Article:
Segata, Nicola; Börnigen, Daniela; Morgan, Xochitl C; Huttenhower, Curtis

    2013-01-01

    New microbial genomes are constantly being sequenced, and it is crucial to accurately determine their taxonomic identities and evolutionary relationships. Here we report PhyloPhlAn, a new method to assign microbial phylogeny and putative taxonomy using >400 proteins optimized from among 3,737 genomes. This method measures the sequence diversity of all clades, classifies genomes from deep-branching candidate divisions through closely related subspecies and improves consistency between phylogenetic and taxonomic groupings. PhyloPhlAn improved taxonomic accuracy for existing and newly sequenced genomes, detecting 157 erroneous labels, correcting 46 and placing or refining 130 new genomes. We provide examples of accurate classifications from subspecies (Sulfolobus spp.) to phyla, and of preliminary rooting of deep-branching candidate divisions, including consistent statistical support for Caldiserica (formerly candidate division OP5). PhyloPhlAn will thus be useful for both phylogenetic assessment and taxonomic quality control of newly sequenced genomes. The final phylogenies, conserved protein sequences and open-source implementation are available online.

  16. Documenting taxonomic data quality for field fish identifications: a proposal for national surveys

    EPA Science Inventory

    The U.S. Environmental Protection Agency is in the midst of a multiyear series of natinal surveys of water resource conditions. Because communicating ecological condition is the primary objective of the surveys, quantitative biological indicators are key. Thus, if raw taxonomic d...

  17. Phylogenetic relationships and taxonomic revision of Paranoplocephala Lühe, 1910 sensu lato (Cestoda, Cyclophyllidea, Anoplocephalidae)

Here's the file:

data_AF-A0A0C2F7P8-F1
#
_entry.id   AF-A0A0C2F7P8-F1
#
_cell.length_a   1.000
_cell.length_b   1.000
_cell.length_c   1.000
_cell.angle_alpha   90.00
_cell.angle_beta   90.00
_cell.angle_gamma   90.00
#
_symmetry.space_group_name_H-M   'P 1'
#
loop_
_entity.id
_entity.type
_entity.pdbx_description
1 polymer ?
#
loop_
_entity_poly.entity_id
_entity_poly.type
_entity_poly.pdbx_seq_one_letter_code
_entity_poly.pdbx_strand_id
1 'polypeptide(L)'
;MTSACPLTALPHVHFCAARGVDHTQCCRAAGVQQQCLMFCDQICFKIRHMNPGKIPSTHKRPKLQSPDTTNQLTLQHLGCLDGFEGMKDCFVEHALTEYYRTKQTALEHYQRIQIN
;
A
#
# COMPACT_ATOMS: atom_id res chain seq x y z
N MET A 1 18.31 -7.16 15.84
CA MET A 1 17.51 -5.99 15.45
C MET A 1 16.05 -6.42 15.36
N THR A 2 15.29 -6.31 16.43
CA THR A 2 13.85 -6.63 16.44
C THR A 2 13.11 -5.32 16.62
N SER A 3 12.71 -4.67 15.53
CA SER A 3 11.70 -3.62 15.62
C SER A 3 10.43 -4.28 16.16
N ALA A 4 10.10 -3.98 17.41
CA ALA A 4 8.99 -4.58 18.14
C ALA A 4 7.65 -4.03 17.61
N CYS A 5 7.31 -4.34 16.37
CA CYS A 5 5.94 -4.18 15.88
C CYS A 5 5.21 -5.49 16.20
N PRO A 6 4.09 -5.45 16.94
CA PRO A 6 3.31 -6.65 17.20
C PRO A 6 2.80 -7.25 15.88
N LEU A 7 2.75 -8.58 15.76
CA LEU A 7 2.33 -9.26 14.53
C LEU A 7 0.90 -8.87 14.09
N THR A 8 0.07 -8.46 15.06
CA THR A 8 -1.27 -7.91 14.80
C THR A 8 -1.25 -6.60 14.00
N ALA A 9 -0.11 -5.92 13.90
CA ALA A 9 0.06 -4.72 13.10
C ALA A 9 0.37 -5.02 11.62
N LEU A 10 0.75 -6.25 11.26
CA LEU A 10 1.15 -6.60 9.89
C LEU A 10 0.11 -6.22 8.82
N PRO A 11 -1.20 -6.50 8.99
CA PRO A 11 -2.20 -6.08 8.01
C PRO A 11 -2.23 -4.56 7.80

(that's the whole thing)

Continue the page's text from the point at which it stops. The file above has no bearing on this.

Technology Transfer Automated Retrieval System (TEKTRAN)

    An extensive phylogenetic analysis and genus-level taxonomic revision of Paranoplocephala Lühe, 1910 -like cestodes (Cyclophyllidea, Anoplocephalidae) are presented. The phylogenetic analysis is based on DNA sequences of two partial mitochondrial genes, i.e. cytochrome c oxidase subunit 1 (cox1) and...

  18. A Study of the Homogeneity of Items Produced From Item Forms Across Different Taxonomic Levels.

    ERIC Educational Resources Information Center

    Weber, Margaret B.; Argo, Jana K.

    This study determined whether item forms ( rules for constructing items related to a domain or set of tasks) would enable naive item writers to generate multiple-choice items at three taxonomic levels--knowledge, comprehension, and application. Students wrote 120 multiple-choice items from 20 item forms, corresponding to educational objectives…

  19. Invariable biomass-specific primary production of taxonomically discrete picoeukaryote groups across the Atlantic Ocean.

    PubMed

    Grob, Carolina; Hartmann, Manuela; Zubkov, Mikhail V; Scanlan, Dave J

    2011-12-01

    Oceanic photosynthetic picoeukaryotes (< 3 µm) are responsible for > 40% of total primary production at low latitudes such as the North-Eastern tropical Atlantic. In the world ocean, warmed by climate changes, the expected gradual shift towards smaller primary producers could render the role of photosynthetic picoeukaryotes even more important than they are today. Little is still known, however, about how the taxonomic composition of this highly diverse group affects primary production at the basin scale. Here, we combined flow cytometric cell sorting, NaH¹⁴CO₃ radiotracer incubations and class-specific fluorescence in situ hybridization (FISH) probes to determine cell- and biomass-specific inorganic carbon fixation rates and taxonomic composition of two major photosynthetic picoeukaryote groups on a ∼7500-km-long latitudinal transect across the Atlantic Ocean (Atlantic Meridional Transect, AMT19). We show that even though larger cells have, on average, cell-specific CO₂ uptake rates ∼5 times higher than the smaller ones, the average biomass-specific uptake is statistically similar for both groups. On the other hand, even at a high taxonomic level, i.e. class, the contributions to both groups by Prymnesiophyceae, Chrysophyceae and Pelagophyceae are significantly different (P < 0.001 in all cases). We therefore conclude that these group's carbon fixation rates are independent of the taxonomic composition of photosynthetic picoeukaryotes across the Atlantic Ocean. Because the above applies across different oceanic regions the diversity changes seem to be a secondary factor determining primary production.

  20. A Neurocomputational Account of Taxonomic Responding and Fast Mapping in Early Word Learning